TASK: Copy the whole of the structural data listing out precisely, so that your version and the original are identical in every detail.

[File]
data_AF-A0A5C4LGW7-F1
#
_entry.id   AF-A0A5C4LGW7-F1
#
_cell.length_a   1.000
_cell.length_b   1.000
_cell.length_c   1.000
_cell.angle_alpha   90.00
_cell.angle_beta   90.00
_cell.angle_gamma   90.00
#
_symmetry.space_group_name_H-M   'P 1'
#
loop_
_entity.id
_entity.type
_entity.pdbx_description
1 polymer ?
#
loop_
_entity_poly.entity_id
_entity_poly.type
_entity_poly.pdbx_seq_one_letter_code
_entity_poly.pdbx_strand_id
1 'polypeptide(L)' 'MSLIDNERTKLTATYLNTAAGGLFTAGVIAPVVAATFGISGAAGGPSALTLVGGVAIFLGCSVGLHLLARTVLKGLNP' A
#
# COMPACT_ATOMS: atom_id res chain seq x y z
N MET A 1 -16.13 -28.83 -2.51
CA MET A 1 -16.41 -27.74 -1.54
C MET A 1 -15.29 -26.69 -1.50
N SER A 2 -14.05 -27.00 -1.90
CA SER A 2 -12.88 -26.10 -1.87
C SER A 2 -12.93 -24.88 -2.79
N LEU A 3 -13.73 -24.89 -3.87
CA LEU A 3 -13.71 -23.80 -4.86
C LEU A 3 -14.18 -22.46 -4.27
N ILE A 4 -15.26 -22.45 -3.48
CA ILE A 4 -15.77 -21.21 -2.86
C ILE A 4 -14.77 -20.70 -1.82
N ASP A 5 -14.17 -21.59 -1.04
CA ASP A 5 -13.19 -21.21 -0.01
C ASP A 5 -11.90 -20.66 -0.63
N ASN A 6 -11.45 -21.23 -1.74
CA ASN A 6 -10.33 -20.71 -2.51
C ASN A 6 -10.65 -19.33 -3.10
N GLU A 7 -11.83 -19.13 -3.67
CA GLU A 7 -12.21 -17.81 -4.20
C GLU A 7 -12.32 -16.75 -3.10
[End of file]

data_AF-A0A5C4LGW7-F1
#
_entry.id   AF-A0A5C4LGW7-F1
#
_cell.length_a   1.000
_cell.length_b   1.000
_cell.length_c   1.000
_cell.angle_alpha   90.00
_cell.angle_beta   90.00
_cell.angle_gamma   90.00
#
_symmetry.space_group_name_H-M   'P 1'
#
loop_
_entity.id
_entity.type
_entity.pdbx_description
1 polymer ?
#
loop_
_entity_poly.entity_id
_entity_poly.type
_entity_poly.pdbx_seq_one_letter_code
_entity_poly.pdbx_strand_id
1 'polypeptide(L)' 'MSLIDNERTKLTATYLNTAAGGLFTAGVIAPVVAATFGISGAAGGPSALTLVGGVAIFLGCSVGLHLLARTVLKGLNP' A
#
# COMPACT_ATOMS: atom_id res chain seq x y z
N MET A 1 -16.13 -28.83 -2.51
CA MET A 1 -16.41 -27.74 -1.54
C MET A 1 -15.29 -26.69 -1.50
N SER A 2 -14.05 -27.00 -1.90
CA SER A 2 -12.88 -26.10 -1.87
C SER A 2 -12.93 -24.88 -2.79
N LEU A 3 -13.73 -24.89 -3.87
CA LEU A 3 -13.71 -23.80 -4.86
C LEU A 3 -14.18 -22.46 -4.27
N ILE A 4 -15.26 -22.45 -3.48
CA ILE A 4 -15.77 -21.21 -2.86
C ILE A 4 -14.77 -20.70 -1.82
N ASP A 5 -14.17 -21.59 -1.04
CA ASP A 5 -13.19 -21.21 -0.01
C ASP A 5 -11.90 -20.66 -0.63
N ASN A 6 -11.45 -21.23 -1.74
CA ASN A 6 -10.33 -20.71 -2.51
C ASN A 6 -10.65 -19.33 -3.10
N GLU A 7 -11.83 -19.13 -3.67
CA GLU A 7 -12.21 -17.81 -4.20
C GLU A 7 -12.32 -16.75 -3.10